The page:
The Good Shepherd Church in the foursome is the largest Chinese Anglican Church in Canada – about 300 folk with the Rt. Rev. Steven Leung as their rector. He is also a new Bishop in ANiC for mission and outreach to the Canadian Chinese population.

Ingham’s desecration of the diocese began in the New Westminster Diocesan Synod in June of 2002 when 80 clergy and delegates walked out with Ingham “wanting to make a name for himself and literally change the Anglican world” as their New Age Bishop. Behind it all was a concerted drive to destroy the evangelical Anglican witness of rectors like David Short.

Also noticeably included among those later inhibited by Ingham on the absurd charge that he had publicly renounced the doctrine and discipline of the Anglican Church of Canada was world renowned Anglican theologian Dr. J.I. Packer whose theological boots Ingham is not fit to shine. It continues still with a vengeance in the liberal Courts of BC, also known as British California, with the lawyer for the Diocese now seeking to overturn British Columbia’s anti-polygamy laws.

Sodomy, polygamy, polyamory, transgendered…no sexual preference shall be left unturned or undefended even as the Judeo-Christian basis of Western thought slips slowly into English Bay to be swallowed up and regurgitated as diversity, inclusivity and a boundary free morality.

It is ironic that at the 1998 Lambeth Conference, Ingham opined that Resolution 1:10 is a clear tendency toward biblical fundamentalism, a use of Scripture in uncritical and even uncharitable ways that was evident in sermons at the daily Eucharist and in discussions at the daily Bible Studies. “It was as if the last hundred and fifty years of biblical theology and academic research had never happened for many participants.”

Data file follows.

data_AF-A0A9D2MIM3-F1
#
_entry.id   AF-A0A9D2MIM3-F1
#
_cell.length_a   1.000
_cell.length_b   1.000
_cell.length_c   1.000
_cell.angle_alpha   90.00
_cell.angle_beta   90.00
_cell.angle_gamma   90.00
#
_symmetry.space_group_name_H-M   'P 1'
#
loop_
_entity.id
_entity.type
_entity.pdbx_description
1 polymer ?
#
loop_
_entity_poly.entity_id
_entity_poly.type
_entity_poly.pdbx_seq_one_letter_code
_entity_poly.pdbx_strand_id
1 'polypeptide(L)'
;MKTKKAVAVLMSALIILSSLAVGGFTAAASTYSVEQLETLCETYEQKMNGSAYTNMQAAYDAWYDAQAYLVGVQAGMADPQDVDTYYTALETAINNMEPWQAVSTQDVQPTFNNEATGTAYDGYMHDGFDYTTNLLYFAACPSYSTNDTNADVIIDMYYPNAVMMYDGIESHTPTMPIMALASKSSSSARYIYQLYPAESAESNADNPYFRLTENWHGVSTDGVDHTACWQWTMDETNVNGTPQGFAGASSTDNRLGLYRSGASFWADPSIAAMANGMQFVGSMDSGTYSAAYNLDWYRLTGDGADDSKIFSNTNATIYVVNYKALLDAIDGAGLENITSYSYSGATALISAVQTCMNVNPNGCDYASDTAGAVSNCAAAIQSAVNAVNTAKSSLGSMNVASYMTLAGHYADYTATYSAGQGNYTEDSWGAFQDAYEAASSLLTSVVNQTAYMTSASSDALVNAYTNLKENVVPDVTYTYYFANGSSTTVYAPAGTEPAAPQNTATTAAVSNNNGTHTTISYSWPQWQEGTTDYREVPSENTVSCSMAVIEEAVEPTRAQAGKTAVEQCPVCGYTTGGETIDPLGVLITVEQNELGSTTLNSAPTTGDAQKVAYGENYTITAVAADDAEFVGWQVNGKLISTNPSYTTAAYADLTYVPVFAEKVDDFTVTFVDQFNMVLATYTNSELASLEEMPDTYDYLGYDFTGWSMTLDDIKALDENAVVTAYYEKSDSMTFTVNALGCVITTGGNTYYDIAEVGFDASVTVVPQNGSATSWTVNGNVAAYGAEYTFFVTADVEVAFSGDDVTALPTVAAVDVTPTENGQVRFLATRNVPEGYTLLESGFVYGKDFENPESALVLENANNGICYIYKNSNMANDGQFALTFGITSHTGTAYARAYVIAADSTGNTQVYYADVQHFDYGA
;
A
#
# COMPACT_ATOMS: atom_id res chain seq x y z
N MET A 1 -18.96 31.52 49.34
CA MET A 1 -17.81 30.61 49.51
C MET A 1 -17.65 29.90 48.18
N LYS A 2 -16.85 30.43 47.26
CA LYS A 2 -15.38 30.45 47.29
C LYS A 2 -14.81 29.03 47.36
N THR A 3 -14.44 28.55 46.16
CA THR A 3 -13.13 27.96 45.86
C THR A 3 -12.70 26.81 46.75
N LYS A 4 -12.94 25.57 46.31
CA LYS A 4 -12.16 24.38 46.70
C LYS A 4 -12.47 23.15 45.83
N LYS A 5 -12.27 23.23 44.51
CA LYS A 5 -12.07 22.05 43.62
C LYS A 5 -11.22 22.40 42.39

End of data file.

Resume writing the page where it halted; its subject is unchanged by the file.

One must suppose then that German Higher Criticism and Form Criticism has done wonders for his diocese with exuberant rectors offering the latest and best in biblical criticism and then, scratching their heads, wonder why they have failed to win converts, fill churches and their own coffers.

Ingham’s conversion from historic Christianity to post-modernity continued with a savage attack on the sacredness of marriage. On May 29, 2003, Ingham authorized gay blessings, a move that brought opprobrium from orthodox archbishops across the globe. Undeterred, Ingham further raised the middle finger at orthodox Anglican bishops by authorizing a Rite for the Celebration of Gay and Lesbian Covenants. Clergy in six parishes within the Diocese took up the offer.